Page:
Did GoPro Just Kill The Great American Tech IPO?
By Greg Guenthner | January 10, 2018 |

Say a quick prayer for GoPro (Nasdaq: GPRO) this morning.

The world's premiere maker of go-anywhere cameras for skydivers, kayakers and other adventuring-types has entered a tailspin. The company just warned investors it's slashing 250 jobs and ditching its drone business as it attempts to turn a profit this year.

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The former IPO darling's stock did not take the news well. Shares plummeted more than 20% on the news. A rumor that the company was exploring a potential sale was the only thing that saved the stock’s disastrous day.

But when the dust cleared, GoPro shares still managed to post a new all-time low close. Turn away if you're squeamish -- this chart's not pretty:

Poor GoPro. The stock has lost almost 95% of its value since approaching $100 per share way back in 2014. Now we're not even sure if the company is going to last on the public markets much longer.

Things have gotten so bad at GoPro that CEO Nick Woodman has reduced his 2018 pay to $1. He's also looking to dispose of all excess inventory by any means necessary. He's even resorted to swallowing several crates of unsold Hero 3 cameras...

Just kidding. Don't forget -- Woodman's a billionaire. He cashed out when the company went public and reportedly bought a 180-foot "megayacht" worth as much as $40 million. Meanwhile, investors fitted GoPro shares with cement shoes and chucked this dud stock overboard months ago.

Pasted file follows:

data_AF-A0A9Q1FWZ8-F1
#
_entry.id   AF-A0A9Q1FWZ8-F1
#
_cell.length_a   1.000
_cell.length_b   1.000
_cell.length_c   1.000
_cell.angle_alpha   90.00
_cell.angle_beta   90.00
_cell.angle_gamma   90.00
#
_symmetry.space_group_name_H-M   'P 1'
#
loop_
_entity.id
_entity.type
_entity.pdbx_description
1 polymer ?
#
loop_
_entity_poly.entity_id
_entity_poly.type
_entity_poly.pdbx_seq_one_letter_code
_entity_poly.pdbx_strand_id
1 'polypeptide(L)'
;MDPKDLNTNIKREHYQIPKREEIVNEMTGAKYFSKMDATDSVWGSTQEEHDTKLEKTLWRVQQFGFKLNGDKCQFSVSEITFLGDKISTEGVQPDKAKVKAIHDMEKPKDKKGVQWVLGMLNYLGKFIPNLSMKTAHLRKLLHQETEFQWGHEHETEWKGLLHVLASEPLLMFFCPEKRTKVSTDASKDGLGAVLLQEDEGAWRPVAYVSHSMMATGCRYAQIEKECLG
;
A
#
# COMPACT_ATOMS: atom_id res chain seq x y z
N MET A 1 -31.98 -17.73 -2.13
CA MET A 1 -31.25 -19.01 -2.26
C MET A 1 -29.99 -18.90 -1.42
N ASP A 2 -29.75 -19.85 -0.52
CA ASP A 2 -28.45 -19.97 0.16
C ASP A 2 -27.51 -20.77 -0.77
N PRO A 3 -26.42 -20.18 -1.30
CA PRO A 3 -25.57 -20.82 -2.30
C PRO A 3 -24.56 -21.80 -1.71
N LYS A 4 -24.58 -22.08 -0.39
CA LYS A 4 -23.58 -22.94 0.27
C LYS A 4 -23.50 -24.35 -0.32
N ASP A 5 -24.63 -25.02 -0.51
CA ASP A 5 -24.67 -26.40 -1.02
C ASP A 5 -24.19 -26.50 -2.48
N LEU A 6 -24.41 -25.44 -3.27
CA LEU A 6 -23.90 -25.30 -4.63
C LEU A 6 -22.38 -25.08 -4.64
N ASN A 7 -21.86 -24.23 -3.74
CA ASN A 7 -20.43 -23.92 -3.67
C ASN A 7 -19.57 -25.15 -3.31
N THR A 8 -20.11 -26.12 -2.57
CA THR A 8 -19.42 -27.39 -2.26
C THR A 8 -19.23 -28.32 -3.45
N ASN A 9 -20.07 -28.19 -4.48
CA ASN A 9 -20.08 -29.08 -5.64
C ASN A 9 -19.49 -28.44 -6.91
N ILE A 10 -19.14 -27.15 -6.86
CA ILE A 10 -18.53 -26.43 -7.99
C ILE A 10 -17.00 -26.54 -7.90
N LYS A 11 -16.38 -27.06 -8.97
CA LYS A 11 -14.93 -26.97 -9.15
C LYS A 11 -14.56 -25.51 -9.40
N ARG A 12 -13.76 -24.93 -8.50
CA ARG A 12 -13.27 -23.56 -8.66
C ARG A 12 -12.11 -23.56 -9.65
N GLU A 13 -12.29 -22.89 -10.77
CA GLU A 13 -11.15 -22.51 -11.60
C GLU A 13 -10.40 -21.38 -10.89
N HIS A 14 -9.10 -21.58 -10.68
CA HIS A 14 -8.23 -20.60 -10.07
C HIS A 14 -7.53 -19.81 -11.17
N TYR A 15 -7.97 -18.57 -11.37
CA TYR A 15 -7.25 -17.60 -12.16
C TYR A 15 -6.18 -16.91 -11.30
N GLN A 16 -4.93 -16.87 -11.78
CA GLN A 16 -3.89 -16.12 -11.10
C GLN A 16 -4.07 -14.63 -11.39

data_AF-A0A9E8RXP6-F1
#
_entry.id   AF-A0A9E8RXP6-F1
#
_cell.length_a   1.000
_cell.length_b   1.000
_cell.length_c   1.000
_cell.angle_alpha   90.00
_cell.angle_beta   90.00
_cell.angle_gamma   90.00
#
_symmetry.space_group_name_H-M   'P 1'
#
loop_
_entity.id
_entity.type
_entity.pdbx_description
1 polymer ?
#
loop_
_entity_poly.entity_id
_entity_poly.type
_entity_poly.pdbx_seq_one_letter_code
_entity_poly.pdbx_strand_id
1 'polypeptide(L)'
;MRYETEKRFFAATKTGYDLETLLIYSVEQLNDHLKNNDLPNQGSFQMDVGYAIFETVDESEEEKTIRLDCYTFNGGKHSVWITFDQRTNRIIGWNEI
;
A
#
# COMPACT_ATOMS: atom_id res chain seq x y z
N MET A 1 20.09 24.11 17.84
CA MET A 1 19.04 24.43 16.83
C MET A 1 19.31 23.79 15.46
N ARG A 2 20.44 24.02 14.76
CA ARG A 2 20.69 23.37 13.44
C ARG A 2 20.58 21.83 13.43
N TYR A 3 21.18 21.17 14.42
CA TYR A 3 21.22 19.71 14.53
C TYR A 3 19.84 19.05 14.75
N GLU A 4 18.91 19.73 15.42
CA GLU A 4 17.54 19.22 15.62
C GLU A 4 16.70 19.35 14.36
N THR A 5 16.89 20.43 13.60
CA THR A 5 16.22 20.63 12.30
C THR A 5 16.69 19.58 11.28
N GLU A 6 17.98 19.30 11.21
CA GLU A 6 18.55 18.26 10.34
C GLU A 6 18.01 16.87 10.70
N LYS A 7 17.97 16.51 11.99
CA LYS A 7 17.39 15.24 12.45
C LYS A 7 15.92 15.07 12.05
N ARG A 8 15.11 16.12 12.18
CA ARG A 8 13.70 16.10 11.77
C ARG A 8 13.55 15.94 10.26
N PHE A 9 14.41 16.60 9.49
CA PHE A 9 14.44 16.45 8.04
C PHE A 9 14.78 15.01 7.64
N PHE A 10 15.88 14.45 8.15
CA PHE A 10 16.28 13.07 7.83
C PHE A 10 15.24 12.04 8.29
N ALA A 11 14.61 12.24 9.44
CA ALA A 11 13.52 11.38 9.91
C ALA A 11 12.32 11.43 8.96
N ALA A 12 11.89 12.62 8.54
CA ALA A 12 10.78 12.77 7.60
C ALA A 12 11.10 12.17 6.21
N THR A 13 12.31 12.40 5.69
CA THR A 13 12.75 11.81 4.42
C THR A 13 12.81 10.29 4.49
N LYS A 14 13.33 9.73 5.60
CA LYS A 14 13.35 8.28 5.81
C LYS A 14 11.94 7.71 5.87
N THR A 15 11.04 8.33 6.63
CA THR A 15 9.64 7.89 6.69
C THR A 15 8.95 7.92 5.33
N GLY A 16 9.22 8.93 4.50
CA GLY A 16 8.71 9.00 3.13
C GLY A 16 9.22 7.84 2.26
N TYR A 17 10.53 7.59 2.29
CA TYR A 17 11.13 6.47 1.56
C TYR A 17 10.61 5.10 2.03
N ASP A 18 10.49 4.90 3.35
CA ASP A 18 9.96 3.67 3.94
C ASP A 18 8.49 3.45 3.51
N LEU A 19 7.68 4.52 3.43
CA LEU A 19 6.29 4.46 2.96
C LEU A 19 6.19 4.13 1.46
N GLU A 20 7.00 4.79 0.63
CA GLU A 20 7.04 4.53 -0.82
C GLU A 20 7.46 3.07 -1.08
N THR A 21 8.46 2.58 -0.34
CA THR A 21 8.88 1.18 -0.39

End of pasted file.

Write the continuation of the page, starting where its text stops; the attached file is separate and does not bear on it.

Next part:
To be fair, we've been in GoPro's bear camp for years. Price hasn't given us any reason to be long (minus a quick snapback trade here and there). From a business perspective, GoPro is one of tech’s one-trick ponies. It has never found a way to expand beyond the niche market of the extreme sports crowd and other wannabe daredevils. Now its chart is enjoying a little cliff diving.

No wonder investors have soured on IPOs.

GoPro was one of the hottest stocks on the market when it debuted on the Nasdaq more than three years ago. In its first three months as a publically-traded company, shares jumped from $30 to nearly $100. But the party was short lived. After a swift drop, a new downtrend emerged. The stock has never even come close to sniffing these levels again.

Looking at other recent big-name tech IPOs and you'll see more of the same. And after new millennial favorite Snap Inc. (NYSE: SNAP) fizzled in its 2017 offering, analysts are saying we probably won't get many more high-profile IPOs than we've seen recently.

The big tech unicorns just don't seem interested to jump into the public markets...

"The market for U.S. initial public offerings bounced back in 2017, but many bankers and investors remained discouraged as top-tier companies remain on the sidelines," the Wall Street Journal reports. "That is unlikely to change in 2018. The number of companies raising money in U.S. markets is expected to pick up, but many of the highest-valued, big-name private companies, including Airbnb Inc., Uber Technologies Inc. and WeWork Cos., are expected to hold off on going public for at least another year."

The stock market might be roaring higher to start the year. But the IPO market remains quiet for now.

That's just fine with us. The established big-tech market leaders of 2017 are offering up plenty of ways to profit.

This article originally appeared on The Daily Reckoning.

 

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